GENEVA – As Geneva begins its 183rd year, Mayor Kevin Burns said the city is poised to welcome new economic development and enhanced environmental stewardship and reaffirm that Geneva is a “safe and accepting community.”
In 2018, Burns said he expects some big-box stores on Randall Road to be filled, as well as new restaurants and businesses opening throughout the community.
Among these will be a new Burlington Store at 2000 S. Randall Road, which expects to open in the spring, Burns said. That is where the now closed Dominick’s was located and Burlington, an apparel store, will share the space with Fresh Thyme, an organic food retailer.
Though a lawsuit has brought construction to a stop at the moment, Burns said city officials were hopeful that things will work out between the parties. The dispute is between two owners, Wauconda LLC, which owns the former Dominick’s, and Geneva Center 2015 LLC, which owns the former Gander Mountain, at 2100 S. Randall Road.
“The city remains optimistic that when all is said and done, we will be celebrating and welcoming our friends at Burlington and Fresh Thyme to our community,” Burns said.
Also on tap for the new year will be the expected redevelopment of the former Mill Race Inn site and the Cetron property, Burns said.
The historic Mill Race Inn restaurant was demolished in 2016. Developer Shodeen Inc. created 4 East State Street Holdings LLC to purchase the 1.4-acre property at 4 E. State St., but no plans for redevelopment have been put forward as of yet.
The Cetron property at 7 Richards St., had been proposed for apartments. But the owner, Marquette Properties, withdrew the application in the face of public opposition.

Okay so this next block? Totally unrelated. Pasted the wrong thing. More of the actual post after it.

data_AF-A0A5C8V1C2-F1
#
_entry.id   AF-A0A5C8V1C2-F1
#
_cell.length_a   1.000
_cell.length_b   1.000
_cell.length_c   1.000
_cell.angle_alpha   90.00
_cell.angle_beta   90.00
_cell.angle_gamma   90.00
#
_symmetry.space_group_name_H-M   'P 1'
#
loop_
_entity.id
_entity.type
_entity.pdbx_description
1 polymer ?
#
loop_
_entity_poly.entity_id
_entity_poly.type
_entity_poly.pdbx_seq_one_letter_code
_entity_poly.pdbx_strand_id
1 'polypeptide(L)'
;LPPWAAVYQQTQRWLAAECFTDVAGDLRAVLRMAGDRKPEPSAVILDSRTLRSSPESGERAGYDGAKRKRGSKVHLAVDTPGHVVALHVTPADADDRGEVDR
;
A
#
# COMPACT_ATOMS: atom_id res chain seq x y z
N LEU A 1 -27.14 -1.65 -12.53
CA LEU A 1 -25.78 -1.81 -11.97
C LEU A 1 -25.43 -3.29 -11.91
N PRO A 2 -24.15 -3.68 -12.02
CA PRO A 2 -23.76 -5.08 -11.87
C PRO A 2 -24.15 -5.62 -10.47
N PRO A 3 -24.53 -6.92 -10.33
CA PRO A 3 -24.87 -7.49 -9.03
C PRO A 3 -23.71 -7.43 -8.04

“We hope to receive renderings of developments along the eastern corridor, including the old Mill Race Inn site,” Burns said.
Another issue to look forward to in 2018 is enhanced environmental standards, such as establishing a comprehensive stormwater management program, Burns said.
“Exploring new and innovative ideas [will] continue our efforts toward reducing Geneva’s carbon footprint,” Burns said. “We’ve done it for years. Now we’re going to start bragging about what we’ve done.”
Geneva is a signatory to the agreement for the Metropolitan Mayors’ Caucus’ Greenest Region Compact 2, he said.
“We endorsed a resolution in the spirit of that compact, and we are not just compelled but motivated to advancing issues important to sustainability,” Burns said. “This also comports to our commitment to advance a new strategic plan that the council supports and engages the community in doing so.”
Burns credited a forward-thinking City Council on revenue enhancement so that the city is strongly positioned to make improvements that people rely on, but don’t see, such as infrastructure, water, wastewater, stormwater and electricity.
The city also is committed to being known as a safe and accepting community, Burns said.
“We are … reaffirming our commitment to creating a safe and accepting community for all who visit, all who call Geneva home and all who desire to put down roots here … regardless of who they are or where they come from,” Burns said.